“It’s a choice for a lady if she wants to dress modestly or not,” he added.
While the curators of Saudi Arabia’s emerging fashion industry are keen to avoid sartorial stereotypes, next week’s shows will be a chance to dispel some of the myths surrounding female fashions in the Kingdom.
“With the exposure of the Saudi market and this event, I think people will start to understand (modest fashion) better,” Princess Noura said.
Describing modest attire as “truly liberating,” Alia Khan, chairwoman of the Islamic Fashion and Design Council, said that fashion “has always been a soft way to break down socio-political issues and barriers.”
The Saudi fashion sector is entering an exciting period of evolution, she continued. “It’s a very important market and I don’t think we’ve even begun to understand the level of talent that comes from the Kingdom.”
“Whereas before there were more restrictions and guidelines, now they are going to start showing you a little more of the vast talent and range of skill they have, while staying within the bounds of what’s culturally acceptable.”
For Hatem Alakeel, a designer based between Saudi Arabia and Dubai who set up the brand Toby by Hatem Alakeel: “Fashion is a great example of where we are and of the times.”
Emphasizing the value of nurturing the arts and supporting young talent, he said: “Not everyone is academic but many people are creative. It’s important that the creative can turn their talent into an industry creating opportunity, jobs and recognition.”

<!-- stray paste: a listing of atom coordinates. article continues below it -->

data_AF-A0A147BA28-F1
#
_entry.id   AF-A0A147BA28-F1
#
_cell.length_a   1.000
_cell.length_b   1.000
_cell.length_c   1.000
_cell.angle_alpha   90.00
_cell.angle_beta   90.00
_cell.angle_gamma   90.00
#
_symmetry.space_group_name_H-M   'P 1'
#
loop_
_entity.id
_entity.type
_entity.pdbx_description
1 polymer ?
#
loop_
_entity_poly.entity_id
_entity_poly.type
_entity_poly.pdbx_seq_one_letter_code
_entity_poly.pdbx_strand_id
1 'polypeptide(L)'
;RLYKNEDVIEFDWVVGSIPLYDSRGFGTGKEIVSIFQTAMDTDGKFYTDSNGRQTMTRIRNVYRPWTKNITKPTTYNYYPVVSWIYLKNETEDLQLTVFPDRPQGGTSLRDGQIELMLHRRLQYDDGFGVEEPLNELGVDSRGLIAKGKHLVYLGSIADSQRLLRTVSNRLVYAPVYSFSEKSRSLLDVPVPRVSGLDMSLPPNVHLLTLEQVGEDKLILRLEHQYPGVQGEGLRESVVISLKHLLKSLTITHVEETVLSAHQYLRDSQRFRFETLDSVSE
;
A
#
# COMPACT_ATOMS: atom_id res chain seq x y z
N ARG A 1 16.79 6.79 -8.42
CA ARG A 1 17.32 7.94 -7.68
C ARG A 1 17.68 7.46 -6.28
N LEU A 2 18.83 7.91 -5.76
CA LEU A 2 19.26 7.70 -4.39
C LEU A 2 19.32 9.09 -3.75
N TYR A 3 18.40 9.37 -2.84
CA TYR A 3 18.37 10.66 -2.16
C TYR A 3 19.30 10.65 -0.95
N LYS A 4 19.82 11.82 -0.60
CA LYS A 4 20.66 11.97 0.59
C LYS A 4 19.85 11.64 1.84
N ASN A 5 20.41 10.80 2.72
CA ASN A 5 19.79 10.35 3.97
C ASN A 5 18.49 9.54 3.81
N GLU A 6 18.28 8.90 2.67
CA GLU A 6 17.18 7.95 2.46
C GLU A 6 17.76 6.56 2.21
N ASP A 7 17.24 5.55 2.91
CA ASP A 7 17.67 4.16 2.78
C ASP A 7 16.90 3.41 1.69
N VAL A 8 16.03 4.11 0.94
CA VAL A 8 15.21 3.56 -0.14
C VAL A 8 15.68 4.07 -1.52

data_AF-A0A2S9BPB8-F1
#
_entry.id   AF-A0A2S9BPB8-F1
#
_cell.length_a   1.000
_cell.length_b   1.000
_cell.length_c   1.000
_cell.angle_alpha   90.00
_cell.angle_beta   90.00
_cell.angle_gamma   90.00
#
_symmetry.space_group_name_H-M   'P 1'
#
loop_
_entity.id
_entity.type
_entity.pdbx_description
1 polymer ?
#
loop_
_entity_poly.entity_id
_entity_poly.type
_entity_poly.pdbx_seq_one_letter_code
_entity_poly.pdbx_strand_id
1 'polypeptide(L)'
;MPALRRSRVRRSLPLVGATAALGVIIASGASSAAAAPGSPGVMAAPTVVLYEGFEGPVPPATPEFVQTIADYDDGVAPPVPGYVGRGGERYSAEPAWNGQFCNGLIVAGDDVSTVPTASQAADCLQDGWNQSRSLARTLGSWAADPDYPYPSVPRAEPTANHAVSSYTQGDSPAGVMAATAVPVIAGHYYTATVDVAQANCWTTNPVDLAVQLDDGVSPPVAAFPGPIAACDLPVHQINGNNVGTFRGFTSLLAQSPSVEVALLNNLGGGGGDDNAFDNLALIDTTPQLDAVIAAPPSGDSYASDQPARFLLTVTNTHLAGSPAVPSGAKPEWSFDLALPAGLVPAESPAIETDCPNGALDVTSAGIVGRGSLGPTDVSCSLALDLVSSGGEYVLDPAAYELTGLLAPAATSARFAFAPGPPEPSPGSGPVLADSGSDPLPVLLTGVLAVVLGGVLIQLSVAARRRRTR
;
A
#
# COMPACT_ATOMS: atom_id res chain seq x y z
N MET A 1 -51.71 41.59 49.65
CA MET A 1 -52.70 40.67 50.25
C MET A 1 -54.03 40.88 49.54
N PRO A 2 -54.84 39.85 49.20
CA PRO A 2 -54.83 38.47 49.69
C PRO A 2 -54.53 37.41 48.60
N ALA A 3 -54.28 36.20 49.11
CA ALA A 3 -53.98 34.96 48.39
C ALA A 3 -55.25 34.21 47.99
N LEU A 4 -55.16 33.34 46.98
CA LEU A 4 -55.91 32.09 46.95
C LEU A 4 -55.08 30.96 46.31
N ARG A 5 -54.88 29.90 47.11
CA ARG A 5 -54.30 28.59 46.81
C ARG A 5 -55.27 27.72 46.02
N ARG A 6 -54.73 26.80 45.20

Happy National day #اليوم_الوطني #saudinationalday #tobyfemme

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The AFC, which launched its regional office in Riyadh last December, plans to position Saudi Arabia as a hub for an emerging regional fashion industry. It recently forged an alliance with the British Fashion Council to provide support in establishing a sustainable infrastructure for the industry in the Middle East.
Key to this is catering to a “more diversified market,” Princess Noura said. “We are welcoming any brands, whether it’s high-end couture, ready-to-wear... we want to create a hub for all these people to come to Saudi Arabia.”
In the past, Arab fashion output has been characterised by couture, with the glittering gowns of Elie Saab, Reem Acra and Zuhair Murad familiar features on the catwalks of London, Paris and Milan.
More recently, a push to promote upcoming talent has opened the way for a more varied Middle East style set, bringing smaller brands to the fore. Regional platforms such as Dubai Design District and Fashion Forward provide an outlet for local designers to launch their careers and gain global recognition.
Saudi designers have been gaining momentum on regional and international catwalks but many hope this month’s Arab Fashion Week will pioneer more opportunities to display their designs and build their brands on home soil.
“There’s an ever-growing appreciation in Saudi society for fashion,” Khoja said, describing the “Creativity and depth within the Saudi aesthetic as well as complexity when you look at the various regions.
“I’m happy that I’m starting to see more efforts toward building up this industry and its infrastructure, the focus so far in Saudi has mainly been on art and film and I feel fashion will be next.”
Arab Fashion Week, organized by the Arab Fashion Council, begins on April 10 at The Ritz Carlton, in Riyadh.